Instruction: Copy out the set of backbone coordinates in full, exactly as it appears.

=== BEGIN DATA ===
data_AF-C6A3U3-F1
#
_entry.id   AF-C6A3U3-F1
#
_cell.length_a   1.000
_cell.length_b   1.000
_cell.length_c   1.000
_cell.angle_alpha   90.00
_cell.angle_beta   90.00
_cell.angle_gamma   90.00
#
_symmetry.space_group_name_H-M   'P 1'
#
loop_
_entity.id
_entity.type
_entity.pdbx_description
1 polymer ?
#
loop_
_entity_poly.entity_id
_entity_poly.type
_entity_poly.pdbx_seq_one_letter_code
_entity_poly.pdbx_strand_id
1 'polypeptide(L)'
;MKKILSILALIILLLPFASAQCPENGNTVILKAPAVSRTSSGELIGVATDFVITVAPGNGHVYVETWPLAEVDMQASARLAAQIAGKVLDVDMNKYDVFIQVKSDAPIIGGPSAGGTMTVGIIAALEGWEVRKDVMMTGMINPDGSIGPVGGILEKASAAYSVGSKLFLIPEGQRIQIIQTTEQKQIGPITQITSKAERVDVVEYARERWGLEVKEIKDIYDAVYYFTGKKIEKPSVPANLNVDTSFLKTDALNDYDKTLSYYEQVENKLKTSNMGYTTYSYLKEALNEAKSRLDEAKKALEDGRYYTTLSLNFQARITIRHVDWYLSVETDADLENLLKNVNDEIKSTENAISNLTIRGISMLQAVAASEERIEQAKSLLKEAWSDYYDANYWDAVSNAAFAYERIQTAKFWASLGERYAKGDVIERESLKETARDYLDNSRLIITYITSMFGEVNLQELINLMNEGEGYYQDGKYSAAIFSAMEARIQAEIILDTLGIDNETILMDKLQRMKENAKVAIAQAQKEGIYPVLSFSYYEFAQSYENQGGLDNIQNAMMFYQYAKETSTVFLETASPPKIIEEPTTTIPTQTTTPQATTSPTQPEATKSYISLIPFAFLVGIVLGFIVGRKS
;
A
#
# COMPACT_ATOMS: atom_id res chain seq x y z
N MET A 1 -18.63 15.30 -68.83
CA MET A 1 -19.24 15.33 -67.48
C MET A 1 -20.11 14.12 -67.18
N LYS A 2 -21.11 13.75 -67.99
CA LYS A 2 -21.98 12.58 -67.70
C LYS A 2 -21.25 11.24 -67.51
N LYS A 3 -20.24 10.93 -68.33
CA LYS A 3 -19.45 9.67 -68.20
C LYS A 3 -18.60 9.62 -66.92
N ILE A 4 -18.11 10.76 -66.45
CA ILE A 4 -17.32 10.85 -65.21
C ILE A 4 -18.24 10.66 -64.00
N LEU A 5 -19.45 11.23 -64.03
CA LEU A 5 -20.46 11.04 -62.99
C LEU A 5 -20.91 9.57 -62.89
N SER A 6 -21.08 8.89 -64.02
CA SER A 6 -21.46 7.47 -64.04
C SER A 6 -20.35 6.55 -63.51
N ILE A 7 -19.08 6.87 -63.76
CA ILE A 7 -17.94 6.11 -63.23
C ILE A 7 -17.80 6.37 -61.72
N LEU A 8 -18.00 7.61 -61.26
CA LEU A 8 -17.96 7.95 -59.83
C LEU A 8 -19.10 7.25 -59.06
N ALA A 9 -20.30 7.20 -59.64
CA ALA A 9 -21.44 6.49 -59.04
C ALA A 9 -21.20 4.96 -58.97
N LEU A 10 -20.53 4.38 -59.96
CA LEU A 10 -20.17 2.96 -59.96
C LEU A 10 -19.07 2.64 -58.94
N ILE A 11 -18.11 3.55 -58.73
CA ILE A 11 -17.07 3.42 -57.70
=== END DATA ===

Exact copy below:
data_AF-C6A3U3-F1
#
_entry.id   AF-C6A3U3-F1
#
_cell.length_a   1.000
_cell.length_b   1.000
_cell.length_c   1.000
_cell.angle_alpha   90.00
_cell.angle_beta   90.00
_cell.angle_gamma   90.00
#
_symmetry.space_group_name_H-M   'P 1'
#
loop_
_entity.id
_entity.type
_entity.pdbx_description
1 polymer ?
#
loop_
_entity_poly.entity_id
_entity_poly.type
_entity_poly.pdbx_seq_one_letter_code
_entity_poly.pdbx_strand_id
1 'polypeptide(L)'
;MKKILSILALIILLLPFASAQCPENGNTVILKAPAVSRTSSGELIGVATDFVITVAPGNGHVYVETWPLAEVDMQASARLAAQIAGKVLDVDMNKYDVFIQVKSDAPIIGGPSAGGTMTVGIIAALEGWEVRKDVMMTGMINPDGSIGPVGGILEKASAAYSVGSKLFLIPEGQRIQIIQTTEQKQIGPITQITSKAERVDVVEYARERWGLEVKEIKDIYDAVYYFTGKKIEKPSVPANLNVDTSFLKTDALNDYDKTLSYYEQVENKLKTSNMGYTTYSYLKEALNEAKSRLDEAKKALEDGRYYTTLSLNFQARITIRHVDWYLSVETDADLENLLKNVNDEIKSTENAISNLTIRGISMLQAVAASEERIEQAKSLLKEAWSDYYDANYWDAVSNAAFAYERIQTAKFWASLGERYAKGDVIERESLKETARDYLDNSRLIITYITSMFGEVNLQELINLMNEGEGYYQDGKYSAAIFSAMEARIQAEIILDTLGIDNETILMDKLQRMKENAKVAIAQAQKEGIYPVLSFSYYEFAQSYENQGGLDNIQNAMMFYQYAKETSTVFLETASPPKIIEEPTTTIPTQTTTPQATTSPTQPEATKSYISLIPFAFLVGIVLGFIVGRKS
;
A
#
# COMPACT_ATOMS: atom_id res chain seq x y z
N MET A 1 -18.63 15.30 -68.83
CA MET A 1 -19.24 15.33 -67.48
C MET A 1 -20.11 14.12 -67.18
N LYS A 2 -21.11 13.75 -67.99
CA LYS A 2 -21.98 12.58 -67.70
C LYS A 2 -21.25 11.24 -67.51
N LYS A 3 -20.24 10.93 -68.33
CA LYS A 3 -19.45 9.67 -68.20
C LYS A 3 -18.60 9.62 -66.92
N ILE A 4 -18.11 10.76 -66.45
CA ILE A 4 -17.32 10.85 -65.21
C ILE A 4 -18.24 10.66 -64.00
N LEU A 5 -19.45 11.23 -64.03
CA LEU A 5 -20.46 11.04 -62.99
C LEU A 5 -20.91 9.57 -62.89
N SER A 6 -21.08 8.89 -64.02
CA SER A 6 -21.46 7.47 -64.04
C SER A 6 -20.35 6.55 -63.51
N ILE A 7 -19.08 6.87 -63.76
CA ILE A 7 -17.94 6.11 -63.23
C ILE A 7 -17.80 6.37 -61.72
N LEU A 8 -18.00 7.61 -61.26
CA LEU A 8 -17.96 7.95 -59.83
C LEU A 8 -19.10 7.25 -59.06
N ALA A 9 -20.30 7.20 -59.64
CA ALA A 9 -21.44 6.49 -59.04
C ALA A 9 -21.20 4.96 -58.97
N LEU A 10 -20.53 4.38 -59.96
CA LEU A 10 -20.17 2.96 -59.96
C LEU A 10 -19.07 2.64 -58.94
N ILE A 11 -18.11 3.55 -58.73
CA ILE A 11 -17.07 3.42 -57.70